Jump toUpdate content
The DNS Namespace
A domain name (or just ‘domain’) is a unique name which identifies a website or IP address, e.g. scaleway.com. A domain may consist of a single DNS Zone, or be divided into several zones.
A DNS nameserver stores the DNS Records for a given domain(s). Scaleway has its own nameservers for its managed domains.
A DNS Record holds information translating a domain or subdomain to an IP addresses, mail server or other domain/subdomain. DNS records for each DNS Zone are stored within files called DNS zone files. These are hosted on DNS nameservers. DNS records act as instructions for the DNS servers, so they know which domain names and IP addresses are associated with each other. DNS records can be of multiple types, called resource records. Check out our documentation on how to manage DNS records.
A DNS zone hosts the [DNS records for a distinct part of the global domain namespace, and is managed by a specific organization or administrator. For example with Scaleway DNS, if you are managing the external domain
example.com with us, this is your root zone. You can create further zones and subdomains, eg
DNS Zone File
A DNS zone file describes a DNS Zone, containing DNS records which constitute mappings between domain names, IP addresses and other resources.
DNS domains are all organized in a hierarchy called the DNS namespace. The hierarchy consists of:
- Top Level Domains: .com or .net, for example.
- Second-level domains: example.com
- Subdomains: mysite.example.com or sub.domain.example.com.
An external domain is any domain created via an external registrar (ie not by Scaleway). Scaleway DNS is currently able to manage DNS zones for external domains.
Information in DNS zones is categorized and organized through a list of DNS record types, called Resource Records (RRs). Each of these records has a type, an expiration time (Time to Live - TTL), a name, and type-specific data for certain types of records.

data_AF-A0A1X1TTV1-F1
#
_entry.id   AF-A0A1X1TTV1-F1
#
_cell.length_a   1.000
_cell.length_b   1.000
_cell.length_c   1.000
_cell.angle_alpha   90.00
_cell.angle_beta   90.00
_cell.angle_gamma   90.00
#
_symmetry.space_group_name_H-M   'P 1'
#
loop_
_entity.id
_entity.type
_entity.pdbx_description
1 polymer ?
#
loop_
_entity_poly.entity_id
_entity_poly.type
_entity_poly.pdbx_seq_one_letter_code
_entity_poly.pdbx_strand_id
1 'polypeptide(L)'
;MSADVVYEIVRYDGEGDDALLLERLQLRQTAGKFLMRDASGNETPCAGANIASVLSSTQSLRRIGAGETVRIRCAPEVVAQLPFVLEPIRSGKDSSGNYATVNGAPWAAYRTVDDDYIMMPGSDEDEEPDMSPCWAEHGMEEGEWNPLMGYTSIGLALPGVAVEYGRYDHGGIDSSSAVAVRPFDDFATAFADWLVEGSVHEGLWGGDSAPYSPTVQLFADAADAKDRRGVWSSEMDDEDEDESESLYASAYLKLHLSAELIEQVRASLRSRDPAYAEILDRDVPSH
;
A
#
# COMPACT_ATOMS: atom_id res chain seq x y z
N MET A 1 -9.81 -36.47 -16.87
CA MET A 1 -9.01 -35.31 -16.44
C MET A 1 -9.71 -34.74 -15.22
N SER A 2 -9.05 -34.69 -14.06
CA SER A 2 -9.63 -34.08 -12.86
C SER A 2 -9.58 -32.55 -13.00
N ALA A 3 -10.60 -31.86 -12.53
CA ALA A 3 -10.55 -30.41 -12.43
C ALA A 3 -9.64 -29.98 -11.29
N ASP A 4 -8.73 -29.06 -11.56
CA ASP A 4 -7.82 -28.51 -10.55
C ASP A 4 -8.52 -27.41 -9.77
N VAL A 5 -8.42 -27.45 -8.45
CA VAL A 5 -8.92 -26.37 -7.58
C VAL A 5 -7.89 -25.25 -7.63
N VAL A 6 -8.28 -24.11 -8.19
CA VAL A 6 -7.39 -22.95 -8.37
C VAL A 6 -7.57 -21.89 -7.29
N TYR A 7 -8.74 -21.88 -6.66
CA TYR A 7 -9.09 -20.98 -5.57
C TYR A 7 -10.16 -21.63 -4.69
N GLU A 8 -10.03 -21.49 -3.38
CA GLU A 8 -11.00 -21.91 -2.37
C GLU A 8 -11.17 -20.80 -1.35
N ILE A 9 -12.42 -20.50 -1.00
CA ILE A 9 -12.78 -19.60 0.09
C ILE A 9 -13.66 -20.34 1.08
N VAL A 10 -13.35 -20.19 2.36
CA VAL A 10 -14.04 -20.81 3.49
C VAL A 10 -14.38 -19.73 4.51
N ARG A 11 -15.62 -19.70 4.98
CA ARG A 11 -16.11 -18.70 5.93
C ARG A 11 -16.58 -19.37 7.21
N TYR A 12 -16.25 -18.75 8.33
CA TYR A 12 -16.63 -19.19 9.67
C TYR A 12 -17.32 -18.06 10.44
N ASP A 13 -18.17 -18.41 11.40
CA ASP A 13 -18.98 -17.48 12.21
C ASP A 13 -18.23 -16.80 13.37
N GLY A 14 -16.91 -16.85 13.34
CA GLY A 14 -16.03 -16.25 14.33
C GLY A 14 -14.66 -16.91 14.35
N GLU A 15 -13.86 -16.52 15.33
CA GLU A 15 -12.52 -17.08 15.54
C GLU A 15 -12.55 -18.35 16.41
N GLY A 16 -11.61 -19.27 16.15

The most common records are:
- A record: Address record, mostly used to map domain names to the IPv4 address of a specific server
- AAAA record: IPv6 Address record, returns an IPv6 address and is mostly used to map domain names to the IPv6 address of a specific server.
- CNAME record: Canonical name record, an alias of one name to another. The DNS lookup will continue by looking up the new name.
- MX record: Mail exchange record, maps a domain name to a list of one or several mail servers for that domain.
- TXT record: Text record, often used to carry machine-readable data such as information for automated domain validation.
Reverse DNS (rDNS) allows you to resolve from an IP address to a Fully Qualified Domain Name (FQDN). A FQDN consists of a complete address for a website, computer, server or similar entity that exists on the Internet. Reverse DNS is the exact opposite of the classic use of DNS, which associates domain names to IP addresses. Here, it operates by creating a reverse DNS zone in which DNS PTR records (for Pointer Record) will be configured. Reverse DNS can be helpful when sending emails from your server. Indeed, many mail servers on the Internet are configured to reject incoming mail from any IP address that does not have reverse DNS. For those who manage their own mail server, reverse DNS must exist for the IP address from which the outgoing email is sent.
Root Servers are a type of DNS nameservers pertaining to Top Level domains. They are the first step in the resolution of any domain name, since they contain information about the authoritative DNS servers for each Top Level domain .